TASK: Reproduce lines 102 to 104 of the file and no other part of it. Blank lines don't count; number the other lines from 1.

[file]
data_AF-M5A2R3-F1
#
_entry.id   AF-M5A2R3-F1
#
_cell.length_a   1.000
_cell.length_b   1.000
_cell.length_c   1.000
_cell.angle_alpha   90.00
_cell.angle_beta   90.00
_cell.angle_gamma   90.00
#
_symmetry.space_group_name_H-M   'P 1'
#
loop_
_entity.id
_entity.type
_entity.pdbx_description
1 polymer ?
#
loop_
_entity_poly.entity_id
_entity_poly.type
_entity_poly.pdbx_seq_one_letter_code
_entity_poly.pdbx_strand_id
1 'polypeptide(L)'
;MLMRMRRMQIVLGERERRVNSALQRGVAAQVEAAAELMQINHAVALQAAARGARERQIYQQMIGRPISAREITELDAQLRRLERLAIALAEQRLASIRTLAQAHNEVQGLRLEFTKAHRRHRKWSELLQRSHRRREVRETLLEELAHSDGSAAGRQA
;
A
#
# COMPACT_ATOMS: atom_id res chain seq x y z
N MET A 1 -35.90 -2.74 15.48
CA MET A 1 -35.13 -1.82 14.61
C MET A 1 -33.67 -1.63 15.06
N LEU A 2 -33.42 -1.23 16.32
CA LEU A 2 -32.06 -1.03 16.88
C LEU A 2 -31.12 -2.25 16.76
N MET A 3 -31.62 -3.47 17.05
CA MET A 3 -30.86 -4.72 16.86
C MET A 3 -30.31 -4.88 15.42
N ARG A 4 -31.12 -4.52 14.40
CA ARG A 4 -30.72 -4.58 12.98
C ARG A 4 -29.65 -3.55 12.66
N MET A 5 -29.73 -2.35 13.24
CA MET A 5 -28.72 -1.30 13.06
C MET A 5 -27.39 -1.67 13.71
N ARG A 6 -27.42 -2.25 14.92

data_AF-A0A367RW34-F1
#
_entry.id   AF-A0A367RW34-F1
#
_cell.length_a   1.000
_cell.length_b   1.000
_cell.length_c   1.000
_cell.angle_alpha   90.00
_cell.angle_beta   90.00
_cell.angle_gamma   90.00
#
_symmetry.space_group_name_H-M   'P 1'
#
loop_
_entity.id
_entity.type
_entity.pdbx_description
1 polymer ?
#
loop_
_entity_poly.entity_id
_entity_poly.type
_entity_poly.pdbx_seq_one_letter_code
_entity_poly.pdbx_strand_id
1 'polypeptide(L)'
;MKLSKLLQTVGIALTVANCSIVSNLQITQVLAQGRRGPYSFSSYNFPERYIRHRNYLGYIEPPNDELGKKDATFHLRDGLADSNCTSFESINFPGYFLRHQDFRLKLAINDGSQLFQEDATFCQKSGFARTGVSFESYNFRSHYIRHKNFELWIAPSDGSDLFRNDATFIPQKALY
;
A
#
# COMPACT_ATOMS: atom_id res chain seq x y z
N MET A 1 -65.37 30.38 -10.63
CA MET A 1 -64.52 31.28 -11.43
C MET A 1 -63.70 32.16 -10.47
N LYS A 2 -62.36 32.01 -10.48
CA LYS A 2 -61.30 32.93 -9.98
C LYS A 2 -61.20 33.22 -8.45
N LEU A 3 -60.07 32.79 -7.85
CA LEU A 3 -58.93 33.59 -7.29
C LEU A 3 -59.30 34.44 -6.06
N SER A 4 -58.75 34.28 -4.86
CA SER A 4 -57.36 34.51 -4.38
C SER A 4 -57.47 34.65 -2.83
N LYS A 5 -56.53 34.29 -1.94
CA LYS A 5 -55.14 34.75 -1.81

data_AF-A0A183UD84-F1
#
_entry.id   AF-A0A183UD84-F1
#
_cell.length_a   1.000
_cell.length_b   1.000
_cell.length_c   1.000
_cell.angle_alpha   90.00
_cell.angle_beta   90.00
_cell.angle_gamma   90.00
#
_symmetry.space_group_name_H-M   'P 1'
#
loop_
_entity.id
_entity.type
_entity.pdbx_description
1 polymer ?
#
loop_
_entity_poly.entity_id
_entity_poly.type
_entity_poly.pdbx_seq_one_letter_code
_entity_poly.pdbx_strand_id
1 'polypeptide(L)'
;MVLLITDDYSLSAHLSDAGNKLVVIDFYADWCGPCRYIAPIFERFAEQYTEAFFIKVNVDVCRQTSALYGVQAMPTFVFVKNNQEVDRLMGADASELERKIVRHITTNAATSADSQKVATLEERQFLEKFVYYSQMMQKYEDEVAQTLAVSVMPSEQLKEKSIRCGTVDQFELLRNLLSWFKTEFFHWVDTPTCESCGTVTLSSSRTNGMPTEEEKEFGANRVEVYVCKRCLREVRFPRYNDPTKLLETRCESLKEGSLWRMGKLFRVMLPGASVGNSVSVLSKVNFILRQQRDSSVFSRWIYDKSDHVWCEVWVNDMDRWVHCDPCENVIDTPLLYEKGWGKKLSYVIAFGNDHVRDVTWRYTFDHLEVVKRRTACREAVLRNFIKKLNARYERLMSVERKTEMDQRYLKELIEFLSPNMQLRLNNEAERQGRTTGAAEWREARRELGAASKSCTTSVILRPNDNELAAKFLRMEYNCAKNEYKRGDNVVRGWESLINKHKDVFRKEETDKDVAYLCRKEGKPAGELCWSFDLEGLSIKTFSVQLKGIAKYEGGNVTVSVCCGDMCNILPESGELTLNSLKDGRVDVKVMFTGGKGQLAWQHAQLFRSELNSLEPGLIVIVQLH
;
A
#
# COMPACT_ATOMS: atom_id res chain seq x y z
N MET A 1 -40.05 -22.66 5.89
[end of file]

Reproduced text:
_symmetry.space_group_name_H-M   'P 1'
#
loop_